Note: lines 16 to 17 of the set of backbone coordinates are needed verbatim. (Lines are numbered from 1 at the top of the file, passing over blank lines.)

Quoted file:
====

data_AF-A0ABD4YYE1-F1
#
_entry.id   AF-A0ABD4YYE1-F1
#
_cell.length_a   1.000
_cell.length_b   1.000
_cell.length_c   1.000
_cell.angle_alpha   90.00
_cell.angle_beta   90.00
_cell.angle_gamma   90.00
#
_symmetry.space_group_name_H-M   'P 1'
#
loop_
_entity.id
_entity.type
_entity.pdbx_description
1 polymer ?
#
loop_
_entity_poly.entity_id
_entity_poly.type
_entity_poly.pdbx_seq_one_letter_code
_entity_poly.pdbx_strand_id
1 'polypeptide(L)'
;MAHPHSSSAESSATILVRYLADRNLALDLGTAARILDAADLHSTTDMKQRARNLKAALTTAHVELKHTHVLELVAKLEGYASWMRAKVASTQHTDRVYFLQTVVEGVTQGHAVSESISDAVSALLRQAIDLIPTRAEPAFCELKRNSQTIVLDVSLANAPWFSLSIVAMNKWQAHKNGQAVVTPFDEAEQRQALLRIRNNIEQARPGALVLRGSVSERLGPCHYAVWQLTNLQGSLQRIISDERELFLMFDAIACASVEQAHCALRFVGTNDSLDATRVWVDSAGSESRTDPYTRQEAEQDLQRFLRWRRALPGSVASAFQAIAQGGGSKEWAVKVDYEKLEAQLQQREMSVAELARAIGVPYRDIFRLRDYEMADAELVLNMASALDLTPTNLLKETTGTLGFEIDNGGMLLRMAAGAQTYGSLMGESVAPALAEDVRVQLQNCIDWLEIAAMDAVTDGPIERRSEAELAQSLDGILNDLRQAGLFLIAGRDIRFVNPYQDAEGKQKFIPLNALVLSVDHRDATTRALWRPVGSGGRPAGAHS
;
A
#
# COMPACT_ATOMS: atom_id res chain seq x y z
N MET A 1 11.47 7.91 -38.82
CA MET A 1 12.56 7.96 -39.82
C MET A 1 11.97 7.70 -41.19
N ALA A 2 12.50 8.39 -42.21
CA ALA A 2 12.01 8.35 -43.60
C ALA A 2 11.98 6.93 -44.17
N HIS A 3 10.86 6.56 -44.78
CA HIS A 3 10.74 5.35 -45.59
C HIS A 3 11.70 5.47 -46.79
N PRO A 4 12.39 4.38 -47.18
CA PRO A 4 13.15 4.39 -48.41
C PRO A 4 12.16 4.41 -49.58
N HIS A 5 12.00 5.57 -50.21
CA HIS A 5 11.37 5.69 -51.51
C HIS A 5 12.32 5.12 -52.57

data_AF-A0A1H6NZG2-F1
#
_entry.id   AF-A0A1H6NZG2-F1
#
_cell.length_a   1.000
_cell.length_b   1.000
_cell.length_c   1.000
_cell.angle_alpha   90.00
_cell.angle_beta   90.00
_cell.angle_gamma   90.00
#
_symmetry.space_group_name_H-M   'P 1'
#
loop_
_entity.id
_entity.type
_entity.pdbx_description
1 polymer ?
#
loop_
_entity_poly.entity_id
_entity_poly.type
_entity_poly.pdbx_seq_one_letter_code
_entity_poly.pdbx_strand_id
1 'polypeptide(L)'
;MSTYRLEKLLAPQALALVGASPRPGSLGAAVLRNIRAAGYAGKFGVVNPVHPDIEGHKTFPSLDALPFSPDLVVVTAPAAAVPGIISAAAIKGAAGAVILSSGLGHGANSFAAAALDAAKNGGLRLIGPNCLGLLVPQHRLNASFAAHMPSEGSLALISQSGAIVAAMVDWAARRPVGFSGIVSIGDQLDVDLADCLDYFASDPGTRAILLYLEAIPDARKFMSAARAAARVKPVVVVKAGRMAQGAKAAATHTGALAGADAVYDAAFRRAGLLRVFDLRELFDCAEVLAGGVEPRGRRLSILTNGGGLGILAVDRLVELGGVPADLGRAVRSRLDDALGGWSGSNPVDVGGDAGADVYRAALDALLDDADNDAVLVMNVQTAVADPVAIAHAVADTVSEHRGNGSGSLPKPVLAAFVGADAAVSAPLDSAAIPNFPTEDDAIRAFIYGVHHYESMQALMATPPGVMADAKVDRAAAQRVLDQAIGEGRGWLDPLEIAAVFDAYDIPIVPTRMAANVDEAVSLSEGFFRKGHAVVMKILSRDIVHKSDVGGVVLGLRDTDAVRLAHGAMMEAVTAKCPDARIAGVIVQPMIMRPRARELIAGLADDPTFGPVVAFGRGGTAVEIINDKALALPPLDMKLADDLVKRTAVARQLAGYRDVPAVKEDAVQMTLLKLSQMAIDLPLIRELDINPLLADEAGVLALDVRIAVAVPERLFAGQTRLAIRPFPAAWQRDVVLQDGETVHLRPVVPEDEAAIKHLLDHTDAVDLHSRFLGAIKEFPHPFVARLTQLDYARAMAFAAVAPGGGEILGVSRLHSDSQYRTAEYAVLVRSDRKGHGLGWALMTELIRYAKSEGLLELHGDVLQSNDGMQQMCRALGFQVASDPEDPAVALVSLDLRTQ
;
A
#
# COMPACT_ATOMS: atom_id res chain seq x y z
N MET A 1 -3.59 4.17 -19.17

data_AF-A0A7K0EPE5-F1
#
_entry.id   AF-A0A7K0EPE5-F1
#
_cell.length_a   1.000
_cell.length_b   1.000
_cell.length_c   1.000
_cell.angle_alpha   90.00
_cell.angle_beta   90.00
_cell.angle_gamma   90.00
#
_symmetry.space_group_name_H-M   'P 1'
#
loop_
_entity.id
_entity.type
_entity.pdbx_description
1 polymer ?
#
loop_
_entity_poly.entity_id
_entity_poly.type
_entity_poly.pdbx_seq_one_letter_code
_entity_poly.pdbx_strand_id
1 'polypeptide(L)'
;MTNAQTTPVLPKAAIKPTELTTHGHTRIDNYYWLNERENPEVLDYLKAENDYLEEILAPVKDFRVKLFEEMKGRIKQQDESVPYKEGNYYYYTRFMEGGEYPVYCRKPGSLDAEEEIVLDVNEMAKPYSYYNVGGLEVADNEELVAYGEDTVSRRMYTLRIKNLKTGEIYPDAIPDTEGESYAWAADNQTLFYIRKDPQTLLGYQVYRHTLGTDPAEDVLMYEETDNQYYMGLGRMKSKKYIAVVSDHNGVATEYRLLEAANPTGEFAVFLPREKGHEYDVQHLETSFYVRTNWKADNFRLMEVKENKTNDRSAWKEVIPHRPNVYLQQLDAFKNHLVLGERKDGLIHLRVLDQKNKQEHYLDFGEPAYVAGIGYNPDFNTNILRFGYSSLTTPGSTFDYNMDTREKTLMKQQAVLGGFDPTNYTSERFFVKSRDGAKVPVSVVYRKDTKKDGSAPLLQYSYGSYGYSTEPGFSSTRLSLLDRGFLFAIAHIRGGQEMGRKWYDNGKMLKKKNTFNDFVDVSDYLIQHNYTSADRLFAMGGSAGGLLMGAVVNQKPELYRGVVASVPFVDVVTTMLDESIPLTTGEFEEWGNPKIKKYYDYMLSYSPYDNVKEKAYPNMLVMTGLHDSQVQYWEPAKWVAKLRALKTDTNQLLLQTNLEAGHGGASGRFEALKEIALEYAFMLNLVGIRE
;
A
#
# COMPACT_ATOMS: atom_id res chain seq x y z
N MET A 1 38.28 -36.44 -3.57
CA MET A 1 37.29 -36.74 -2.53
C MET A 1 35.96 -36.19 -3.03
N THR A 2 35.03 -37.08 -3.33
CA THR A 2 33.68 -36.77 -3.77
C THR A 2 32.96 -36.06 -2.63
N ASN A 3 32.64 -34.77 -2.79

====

_entity.type
_entity.pdbx_description